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    $1200 but there are some nicks here and there
     
  19. troy fairweather

    troy fairweather Member

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  20. jaguarxk120

    jaguarxk120 Member

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    Very nice, you did very well. Now take it out and enjoy it.
     
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  21. Jim Watson

    Jim Watson Member

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    Pretty.
    Show us the muzzle and breech ends of the barrel and let us search for the sleeves.
     
  22. gunsmither

    gunsmither Member

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    You can see the faint line of the sleeve joint in the 3rd photo, about 4-5" forward from the breech. Nice old double. Cangrats Jessesky!
     
  23. Jim Watson

    Jim Watson Member

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    Demned faint line, farther forrard than I expected from guns built on monobloc.
    Good work and a nice Jeffrey.
     
  24. lemaymiami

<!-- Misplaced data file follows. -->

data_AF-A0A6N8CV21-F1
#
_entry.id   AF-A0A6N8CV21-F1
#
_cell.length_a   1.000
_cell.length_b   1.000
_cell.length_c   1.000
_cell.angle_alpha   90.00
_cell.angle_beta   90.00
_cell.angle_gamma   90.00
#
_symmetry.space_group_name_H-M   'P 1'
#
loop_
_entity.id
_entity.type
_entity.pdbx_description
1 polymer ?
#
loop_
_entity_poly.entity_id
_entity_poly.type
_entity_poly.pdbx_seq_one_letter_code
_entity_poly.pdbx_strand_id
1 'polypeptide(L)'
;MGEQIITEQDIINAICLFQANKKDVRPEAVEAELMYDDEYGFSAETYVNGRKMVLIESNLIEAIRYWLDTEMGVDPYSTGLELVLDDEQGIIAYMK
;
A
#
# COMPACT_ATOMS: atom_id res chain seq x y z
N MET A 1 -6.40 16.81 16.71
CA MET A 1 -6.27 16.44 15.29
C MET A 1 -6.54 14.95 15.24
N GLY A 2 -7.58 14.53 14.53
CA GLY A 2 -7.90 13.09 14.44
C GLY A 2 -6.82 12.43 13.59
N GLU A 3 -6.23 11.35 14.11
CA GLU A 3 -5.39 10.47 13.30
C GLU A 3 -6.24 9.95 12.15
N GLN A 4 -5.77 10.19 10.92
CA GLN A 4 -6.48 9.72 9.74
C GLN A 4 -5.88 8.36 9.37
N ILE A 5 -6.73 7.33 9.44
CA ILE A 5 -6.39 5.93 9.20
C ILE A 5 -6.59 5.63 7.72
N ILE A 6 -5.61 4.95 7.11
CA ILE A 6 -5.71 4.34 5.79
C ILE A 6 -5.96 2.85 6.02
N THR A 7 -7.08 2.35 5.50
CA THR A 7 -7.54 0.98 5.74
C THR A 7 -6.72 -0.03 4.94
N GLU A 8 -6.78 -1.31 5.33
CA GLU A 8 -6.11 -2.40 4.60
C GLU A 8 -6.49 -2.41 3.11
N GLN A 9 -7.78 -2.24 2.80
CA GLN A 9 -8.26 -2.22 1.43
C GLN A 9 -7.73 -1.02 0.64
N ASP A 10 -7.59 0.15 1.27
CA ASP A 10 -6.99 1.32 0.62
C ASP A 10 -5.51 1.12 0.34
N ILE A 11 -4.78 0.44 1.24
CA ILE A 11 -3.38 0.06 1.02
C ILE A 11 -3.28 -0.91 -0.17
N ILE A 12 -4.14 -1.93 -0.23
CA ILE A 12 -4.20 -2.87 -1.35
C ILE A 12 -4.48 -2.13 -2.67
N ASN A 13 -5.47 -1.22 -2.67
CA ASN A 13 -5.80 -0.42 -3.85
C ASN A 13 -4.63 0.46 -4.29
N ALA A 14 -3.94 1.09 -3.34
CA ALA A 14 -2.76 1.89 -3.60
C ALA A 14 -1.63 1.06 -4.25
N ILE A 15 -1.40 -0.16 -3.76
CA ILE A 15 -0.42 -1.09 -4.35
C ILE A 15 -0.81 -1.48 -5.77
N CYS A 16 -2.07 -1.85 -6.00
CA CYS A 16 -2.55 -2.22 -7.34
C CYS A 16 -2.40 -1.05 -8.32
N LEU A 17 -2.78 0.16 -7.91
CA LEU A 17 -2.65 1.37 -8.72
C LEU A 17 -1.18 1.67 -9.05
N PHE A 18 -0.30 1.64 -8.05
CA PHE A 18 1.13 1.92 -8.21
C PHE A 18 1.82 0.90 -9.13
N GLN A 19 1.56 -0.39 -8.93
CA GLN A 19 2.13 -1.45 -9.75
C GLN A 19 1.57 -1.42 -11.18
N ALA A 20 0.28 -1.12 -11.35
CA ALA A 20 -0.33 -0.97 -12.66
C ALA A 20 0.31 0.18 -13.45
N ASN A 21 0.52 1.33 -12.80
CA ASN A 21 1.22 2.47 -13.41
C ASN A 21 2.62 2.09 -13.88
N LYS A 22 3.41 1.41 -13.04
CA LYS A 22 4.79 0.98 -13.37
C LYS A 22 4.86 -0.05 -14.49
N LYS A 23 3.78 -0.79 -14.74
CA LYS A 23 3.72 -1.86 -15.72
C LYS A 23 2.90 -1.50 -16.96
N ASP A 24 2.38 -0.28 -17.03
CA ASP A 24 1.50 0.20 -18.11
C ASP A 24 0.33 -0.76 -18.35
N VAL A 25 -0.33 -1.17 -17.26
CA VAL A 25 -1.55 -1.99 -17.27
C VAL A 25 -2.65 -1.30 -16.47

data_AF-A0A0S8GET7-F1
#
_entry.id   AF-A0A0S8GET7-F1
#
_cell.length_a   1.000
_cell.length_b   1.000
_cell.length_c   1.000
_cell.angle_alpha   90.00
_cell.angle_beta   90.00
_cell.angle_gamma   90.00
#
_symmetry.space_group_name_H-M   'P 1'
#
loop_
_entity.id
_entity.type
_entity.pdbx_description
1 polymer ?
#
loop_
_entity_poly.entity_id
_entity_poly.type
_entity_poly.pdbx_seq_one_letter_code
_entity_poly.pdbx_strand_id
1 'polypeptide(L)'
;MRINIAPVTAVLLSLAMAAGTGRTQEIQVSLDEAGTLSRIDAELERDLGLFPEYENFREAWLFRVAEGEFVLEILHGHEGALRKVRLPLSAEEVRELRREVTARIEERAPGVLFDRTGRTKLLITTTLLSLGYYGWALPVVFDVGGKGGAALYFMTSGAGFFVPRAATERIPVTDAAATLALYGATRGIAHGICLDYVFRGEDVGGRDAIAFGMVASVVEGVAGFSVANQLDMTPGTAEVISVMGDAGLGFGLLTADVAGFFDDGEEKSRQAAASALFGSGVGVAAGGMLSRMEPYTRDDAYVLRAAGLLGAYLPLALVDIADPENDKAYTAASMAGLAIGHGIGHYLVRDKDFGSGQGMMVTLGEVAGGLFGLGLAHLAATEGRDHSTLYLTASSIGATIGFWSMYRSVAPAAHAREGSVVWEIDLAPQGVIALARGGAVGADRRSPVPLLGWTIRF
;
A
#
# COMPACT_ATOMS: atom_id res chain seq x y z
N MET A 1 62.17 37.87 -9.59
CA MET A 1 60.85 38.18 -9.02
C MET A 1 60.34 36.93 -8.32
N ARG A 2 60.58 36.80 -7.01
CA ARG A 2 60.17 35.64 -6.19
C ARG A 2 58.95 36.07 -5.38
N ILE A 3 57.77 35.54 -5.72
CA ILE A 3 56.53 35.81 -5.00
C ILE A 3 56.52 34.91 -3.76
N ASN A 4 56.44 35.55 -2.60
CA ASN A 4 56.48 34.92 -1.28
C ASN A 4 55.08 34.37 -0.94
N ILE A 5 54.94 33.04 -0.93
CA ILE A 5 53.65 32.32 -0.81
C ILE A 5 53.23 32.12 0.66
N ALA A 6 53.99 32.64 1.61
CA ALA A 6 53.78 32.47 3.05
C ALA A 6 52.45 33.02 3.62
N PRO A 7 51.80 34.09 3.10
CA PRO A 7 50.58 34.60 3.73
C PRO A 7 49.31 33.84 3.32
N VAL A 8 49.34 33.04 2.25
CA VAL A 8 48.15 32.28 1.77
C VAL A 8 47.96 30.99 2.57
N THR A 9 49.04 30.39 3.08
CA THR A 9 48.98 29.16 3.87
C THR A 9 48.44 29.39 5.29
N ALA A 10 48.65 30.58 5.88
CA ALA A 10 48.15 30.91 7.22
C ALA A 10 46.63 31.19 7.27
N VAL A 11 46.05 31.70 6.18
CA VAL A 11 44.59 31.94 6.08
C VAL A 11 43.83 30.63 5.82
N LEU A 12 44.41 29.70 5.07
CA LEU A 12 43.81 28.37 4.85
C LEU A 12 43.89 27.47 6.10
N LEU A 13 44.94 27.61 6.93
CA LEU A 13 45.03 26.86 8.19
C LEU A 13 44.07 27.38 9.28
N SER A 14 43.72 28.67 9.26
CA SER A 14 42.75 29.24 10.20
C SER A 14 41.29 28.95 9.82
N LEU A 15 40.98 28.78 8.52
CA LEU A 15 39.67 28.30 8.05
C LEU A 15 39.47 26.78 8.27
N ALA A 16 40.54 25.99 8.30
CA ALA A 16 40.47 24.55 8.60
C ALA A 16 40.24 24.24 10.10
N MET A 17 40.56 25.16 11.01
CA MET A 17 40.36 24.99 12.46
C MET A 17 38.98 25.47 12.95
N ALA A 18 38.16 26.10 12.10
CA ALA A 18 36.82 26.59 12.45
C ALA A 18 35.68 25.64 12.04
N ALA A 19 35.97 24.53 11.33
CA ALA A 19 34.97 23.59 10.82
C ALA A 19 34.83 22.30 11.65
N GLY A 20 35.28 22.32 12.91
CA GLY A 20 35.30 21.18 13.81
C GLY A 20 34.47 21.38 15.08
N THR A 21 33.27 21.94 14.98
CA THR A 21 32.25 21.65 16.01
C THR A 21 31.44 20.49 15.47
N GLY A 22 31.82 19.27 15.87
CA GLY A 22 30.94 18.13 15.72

lemaymiami Member

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    For me, shotguns come under the heading of serious business and that's their only relevance - but I'm very glad I read this thread...

    Congratulations on a fine old gun - and I just learned a bit that I never knew existed until I read this.... Thanks.
     
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  25. gunsmither

    gunsmither Member

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    I've only seen one sleeved double for real. It was a magnificent Hi Grade Lefever that had "Sleeved by Westley Richards" tastefully engraved on the barrels in gold filled lettering. A customer brought it to my shop to show it to me. He had sent it to England to be sleeved, and refinished, Just like in Jessesky's 3rd photo, you could barely tell where the joint line was, and that's why I knew where to look. It cost him a lot of dough as I recall.